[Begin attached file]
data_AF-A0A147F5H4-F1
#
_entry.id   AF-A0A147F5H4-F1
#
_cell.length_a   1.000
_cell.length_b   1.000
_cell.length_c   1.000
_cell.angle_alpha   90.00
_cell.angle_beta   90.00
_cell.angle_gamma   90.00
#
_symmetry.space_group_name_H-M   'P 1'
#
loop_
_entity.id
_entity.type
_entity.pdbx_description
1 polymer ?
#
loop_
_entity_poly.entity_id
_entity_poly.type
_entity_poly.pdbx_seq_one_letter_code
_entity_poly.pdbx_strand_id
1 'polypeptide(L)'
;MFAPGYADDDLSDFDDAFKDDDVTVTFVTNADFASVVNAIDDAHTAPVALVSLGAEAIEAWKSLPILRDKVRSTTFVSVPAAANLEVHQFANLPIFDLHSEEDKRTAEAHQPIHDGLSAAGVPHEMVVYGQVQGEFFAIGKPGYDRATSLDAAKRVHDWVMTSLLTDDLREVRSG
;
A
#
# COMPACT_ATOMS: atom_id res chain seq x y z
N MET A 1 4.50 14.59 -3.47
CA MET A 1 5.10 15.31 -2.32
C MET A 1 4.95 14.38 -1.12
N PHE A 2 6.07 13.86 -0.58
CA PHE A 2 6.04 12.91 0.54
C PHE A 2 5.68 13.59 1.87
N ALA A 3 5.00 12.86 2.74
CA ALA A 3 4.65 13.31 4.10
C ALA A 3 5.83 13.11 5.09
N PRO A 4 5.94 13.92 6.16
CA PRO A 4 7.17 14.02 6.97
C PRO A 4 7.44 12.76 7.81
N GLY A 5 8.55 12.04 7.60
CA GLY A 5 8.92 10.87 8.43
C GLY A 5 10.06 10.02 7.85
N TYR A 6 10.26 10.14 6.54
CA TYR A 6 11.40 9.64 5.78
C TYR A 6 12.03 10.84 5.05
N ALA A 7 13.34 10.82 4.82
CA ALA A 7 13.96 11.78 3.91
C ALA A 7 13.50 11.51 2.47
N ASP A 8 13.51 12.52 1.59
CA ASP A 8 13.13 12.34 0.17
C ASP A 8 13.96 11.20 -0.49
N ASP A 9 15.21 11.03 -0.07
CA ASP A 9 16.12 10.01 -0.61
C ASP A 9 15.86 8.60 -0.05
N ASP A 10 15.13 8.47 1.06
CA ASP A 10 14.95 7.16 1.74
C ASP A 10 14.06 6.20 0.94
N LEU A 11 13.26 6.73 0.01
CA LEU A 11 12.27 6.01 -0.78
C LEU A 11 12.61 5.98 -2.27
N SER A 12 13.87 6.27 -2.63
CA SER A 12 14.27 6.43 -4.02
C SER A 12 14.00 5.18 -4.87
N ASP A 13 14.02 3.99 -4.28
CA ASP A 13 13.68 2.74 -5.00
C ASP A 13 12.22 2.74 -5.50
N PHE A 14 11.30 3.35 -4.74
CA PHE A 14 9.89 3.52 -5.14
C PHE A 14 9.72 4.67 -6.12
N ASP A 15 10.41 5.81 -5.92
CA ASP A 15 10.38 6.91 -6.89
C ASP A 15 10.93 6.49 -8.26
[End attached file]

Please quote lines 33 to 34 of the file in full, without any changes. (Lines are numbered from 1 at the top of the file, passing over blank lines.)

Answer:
C MET A 1 4.95 14.38 -1.12
N PHE A 2 6.07 13.86 -0.58